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Thousands Protest In Hong Kong Against Proposed Extradition Laws To China

The proposed extradition laws would make it possible for people in Hong Kong to be sent to mainland China to face the justice system there.

On Sunday, tens of thousands of protesters marched to protest the proposed changes, with Hong Kong police estimating that 22,800 people took part in the protest at its peak.

Thousands of demonstrators took to Hong Kong's main streets to demand authorities scrap a proposed extradition bill with China. Source: REUTERS/Tyrone Siu

Since it's return to China in 1997, Hong Kong has maintained a separate legal system from mainland China.

Under the "one country, two systems" policy agreed by China and the UK, Hong Kong is supposed to continue for 50 years from 1997 with its own legal processes, which are very different to those in mainland China. Opponents of the proposal fear further erosion of rights and legal protections in the free-wheeling financial hub.

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Protester Roland Lo said the new laws were a "completely unacceptable" violation of that system.

Amanda Wong said she felt she had to take to the streets, despite the fact she did not know whether it would make any difference.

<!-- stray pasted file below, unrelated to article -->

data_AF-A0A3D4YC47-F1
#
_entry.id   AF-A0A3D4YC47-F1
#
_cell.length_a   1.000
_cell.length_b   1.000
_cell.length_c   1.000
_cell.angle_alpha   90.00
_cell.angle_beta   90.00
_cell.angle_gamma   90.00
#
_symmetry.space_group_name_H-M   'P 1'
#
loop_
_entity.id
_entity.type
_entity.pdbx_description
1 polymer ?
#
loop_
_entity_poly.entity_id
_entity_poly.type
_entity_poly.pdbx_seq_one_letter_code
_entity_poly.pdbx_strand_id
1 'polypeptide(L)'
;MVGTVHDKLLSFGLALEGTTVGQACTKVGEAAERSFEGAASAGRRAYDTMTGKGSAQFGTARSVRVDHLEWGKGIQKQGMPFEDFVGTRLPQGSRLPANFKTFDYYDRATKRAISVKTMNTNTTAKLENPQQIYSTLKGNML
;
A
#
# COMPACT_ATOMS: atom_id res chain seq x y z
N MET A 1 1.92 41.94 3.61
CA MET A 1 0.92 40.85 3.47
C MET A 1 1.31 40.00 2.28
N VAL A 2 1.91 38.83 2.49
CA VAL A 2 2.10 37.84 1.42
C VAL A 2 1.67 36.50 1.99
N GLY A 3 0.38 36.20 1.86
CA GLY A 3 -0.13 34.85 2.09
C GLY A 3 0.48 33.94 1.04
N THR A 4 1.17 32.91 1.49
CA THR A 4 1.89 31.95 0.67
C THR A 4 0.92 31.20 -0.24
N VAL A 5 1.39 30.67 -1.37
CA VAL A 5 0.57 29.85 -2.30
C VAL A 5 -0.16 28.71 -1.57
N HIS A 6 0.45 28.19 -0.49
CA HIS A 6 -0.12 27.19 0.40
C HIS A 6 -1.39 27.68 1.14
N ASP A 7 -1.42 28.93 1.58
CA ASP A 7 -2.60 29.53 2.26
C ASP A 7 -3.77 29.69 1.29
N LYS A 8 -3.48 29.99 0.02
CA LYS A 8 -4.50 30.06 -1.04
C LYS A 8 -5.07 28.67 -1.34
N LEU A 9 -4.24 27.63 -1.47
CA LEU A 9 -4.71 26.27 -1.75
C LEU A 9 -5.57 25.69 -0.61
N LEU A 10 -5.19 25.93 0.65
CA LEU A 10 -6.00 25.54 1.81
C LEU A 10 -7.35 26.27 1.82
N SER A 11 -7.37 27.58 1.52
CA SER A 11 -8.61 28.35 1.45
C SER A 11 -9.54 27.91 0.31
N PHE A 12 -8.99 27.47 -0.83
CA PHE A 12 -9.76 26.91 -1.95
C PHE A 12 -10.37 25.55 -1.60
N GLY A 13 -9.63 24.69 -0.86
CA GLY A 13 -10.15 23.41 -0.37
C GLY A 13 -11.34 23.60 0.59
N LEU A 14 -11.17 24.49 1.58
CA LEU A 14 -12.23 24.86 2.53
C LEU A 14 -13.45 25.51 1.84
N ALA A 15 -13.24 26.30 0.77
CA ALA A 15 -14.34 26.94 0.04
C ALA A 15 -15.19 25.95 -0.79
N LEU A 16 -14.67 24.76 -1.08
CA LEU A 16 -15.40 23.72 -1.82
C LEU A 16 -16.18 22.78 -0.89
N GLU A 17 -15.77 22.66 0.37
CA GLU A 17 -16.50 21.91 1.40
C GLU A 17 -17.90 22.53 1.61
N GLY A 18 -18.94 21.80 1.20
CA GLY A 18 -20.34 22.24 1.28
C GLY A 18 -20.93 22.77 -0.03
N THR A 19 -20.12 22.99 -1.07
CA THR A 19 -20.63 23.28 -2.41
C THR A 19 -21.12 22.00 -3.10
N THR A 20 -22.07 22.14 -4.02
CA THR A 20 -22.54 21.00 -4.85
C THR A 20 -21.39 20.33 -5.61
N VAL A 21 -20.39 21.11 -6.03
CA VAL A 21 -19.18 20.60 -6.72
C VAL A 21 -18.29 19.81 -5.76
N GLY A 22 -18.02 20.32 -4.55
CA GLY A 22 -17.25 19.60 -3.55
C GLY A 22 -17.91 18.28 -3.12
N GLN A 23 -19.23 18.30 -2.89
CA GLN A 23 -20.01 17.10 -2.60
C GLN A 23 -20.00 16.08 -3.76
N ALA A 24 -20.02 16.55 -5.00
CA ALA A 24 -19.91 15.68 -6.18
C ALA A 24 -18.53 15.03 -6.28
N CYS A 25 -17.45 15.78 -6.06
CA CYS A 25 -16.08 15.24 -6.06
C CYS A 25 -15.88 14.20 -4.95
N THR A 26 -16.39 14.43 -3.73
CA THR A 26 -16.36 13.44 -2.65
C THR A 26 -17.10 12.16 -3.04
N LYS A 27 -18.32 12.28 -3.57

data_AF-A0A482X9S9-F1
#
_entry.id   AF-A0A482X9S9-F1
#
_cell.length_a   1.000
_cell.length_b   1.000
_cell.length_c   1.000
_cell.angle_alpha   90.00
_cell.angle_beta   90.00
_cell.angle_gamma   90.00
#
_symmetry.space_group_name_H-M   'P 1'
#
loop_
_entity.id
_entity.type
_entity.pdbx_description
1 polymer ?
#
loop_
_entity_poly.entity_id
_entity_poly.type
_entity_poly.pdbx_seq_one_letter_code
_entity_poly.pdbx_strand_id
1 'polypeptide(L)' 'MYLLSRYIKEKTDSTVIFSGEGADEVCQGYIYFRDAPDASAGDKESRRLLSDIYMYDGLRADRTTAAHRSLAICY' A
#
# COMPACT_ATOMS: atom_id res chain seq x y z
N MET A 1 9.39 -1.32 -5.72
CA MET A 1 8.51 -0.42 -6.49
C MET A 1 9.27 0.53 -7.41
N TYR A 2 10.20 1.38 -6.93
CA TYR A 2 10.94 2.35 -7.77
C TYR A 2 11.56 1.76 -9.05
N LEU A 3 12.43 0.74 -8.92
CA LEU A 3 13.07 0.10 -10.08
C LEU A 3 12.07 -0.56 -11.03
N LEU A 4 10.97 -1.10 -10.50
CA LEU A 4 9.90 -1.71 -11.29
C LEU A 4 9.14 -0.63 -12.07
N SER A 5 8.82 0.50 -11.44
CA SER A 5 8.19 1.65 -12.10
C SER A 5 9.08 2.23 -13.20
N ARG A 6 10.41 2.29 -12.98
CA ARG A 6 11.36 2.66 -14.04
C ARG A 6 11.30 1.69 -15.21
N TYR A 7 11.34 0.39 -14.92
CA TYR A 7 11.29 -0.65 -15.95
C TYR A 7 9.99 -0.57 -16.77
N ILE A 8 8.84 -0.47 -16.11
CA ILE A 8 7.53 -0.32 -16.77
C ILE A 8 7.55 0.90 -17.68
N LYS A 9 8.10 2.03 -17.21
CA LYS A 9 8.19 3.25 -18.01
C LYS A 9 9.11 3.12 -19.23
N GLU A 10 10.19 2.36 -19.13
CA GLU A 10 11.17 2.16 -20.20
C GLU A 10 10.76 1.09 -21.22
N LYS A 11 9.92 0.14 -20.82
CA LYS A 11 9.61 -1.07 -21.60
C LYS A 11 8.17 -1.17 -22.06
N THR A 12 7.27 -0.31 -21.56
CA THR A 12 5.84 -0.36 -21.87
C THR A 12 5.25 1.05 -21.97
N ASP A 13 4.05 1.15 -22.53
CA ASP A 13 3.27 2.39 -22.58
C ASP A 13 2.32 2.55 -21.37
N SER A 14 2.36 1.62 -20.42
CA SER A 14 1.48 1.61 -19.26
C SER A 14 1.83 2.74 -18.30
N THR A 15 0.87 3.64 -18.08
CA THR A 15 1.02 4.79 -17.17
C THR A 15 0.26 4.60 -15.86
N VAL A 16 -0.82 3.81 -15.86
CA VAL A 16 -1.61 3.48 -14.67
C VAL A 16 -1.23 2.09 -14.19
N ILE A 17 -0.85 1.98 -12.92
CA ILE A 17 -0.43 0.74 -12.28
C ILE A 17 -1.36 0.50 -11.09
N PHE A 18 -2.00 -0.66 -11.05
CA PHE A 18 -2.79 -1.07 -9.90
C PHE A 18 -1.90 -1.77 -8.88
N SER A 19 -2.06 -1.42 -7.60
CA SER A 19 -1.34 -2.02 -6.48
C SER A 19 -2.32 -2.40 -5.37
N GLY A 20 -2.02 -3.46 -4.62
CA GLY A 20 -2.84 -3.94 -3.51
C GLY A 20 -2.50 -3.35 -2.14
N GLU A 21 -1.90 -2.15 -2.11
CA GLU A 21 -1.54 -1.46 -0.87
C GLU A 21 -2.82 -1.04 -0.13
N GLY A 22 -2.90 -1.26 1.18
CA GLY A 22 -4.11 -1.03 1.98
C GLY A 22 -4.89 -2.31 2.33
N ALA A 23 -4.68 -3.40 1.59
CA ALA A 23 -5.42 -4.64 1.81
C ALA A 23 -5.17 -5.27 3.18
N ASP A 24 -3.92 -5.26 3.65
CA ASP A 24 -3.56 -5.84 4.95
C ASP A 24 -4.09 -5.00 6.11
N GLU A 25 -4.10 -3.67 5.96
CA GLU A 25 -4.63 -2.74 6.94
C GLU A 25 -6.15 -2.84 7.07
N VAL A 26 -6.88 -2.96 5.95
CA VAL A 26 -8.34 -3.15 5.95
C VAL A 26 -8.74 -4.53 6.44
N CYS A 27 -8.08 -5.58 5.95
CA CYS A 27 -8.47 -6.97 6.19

Sunday's march started a little earlier than expected, at 3.40pm local time, as crowds built up at the starting point in the busy Causeway Bay shopping district.

Thousands of demonstrators march during a protest to demand authorities scrap a proposed extradition bill. Source: REUTERS/Tyrone Siu

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Hours later, the march continued with people packing all westbound lanes of Hennessy Road, one of Hong Kong island's main arteries.

Many of the demonstrators carried yellow umbrellas, recalling Hong Kong's last massive protest movement, "Occupy Central", in 2014 which paralysed parts of Hong Kong for eleven weeks.

Demonstrators hold yellow umbrellas, the symbol of the Occupy Central movement. Source: REUTERS/Tyrone Siu

And just last week, organisers of the "Occupy Central" movement were sentenced to up to 16 months in prison, which attracted attention to the Hong Kong government's latest approach to public protest.

Feature Image: Reuters